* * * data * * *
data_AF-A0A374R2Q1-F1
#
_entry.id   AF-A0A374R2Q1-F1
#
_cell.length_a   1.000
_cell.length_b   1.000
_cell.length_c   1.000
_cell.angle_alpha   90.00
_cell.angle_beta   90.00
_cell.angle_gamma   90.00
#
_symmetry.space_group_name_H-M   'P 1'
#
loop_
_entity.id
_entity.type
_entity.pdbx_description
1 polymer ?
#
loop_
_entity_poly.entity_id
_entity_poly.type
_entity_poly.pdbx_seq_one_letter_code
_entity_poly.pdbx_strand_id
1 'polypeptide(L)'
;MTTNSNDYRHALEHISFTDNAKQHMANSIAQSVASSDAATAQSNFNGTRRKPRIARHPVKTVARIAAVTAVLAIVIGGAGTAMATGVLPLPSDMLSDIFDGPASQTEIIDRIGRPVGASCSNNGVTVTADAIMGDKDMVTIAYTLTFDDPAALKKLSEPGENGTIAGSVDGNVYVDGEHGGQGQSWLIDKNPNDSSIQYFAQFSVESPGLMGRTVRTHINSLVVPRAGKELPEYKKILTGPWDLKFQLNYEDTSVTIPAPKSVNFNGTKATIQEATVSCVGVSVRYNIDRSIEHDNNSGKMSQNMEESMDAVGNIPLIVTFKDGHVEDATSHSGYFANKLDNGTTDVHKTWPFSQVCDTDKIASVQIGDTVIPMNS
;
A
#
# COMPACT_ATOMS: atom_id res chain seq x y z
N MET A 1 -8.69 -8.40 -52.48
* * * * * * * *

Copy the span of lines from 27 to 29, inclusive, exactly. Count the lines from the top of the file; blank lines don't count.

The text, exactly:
;
A
#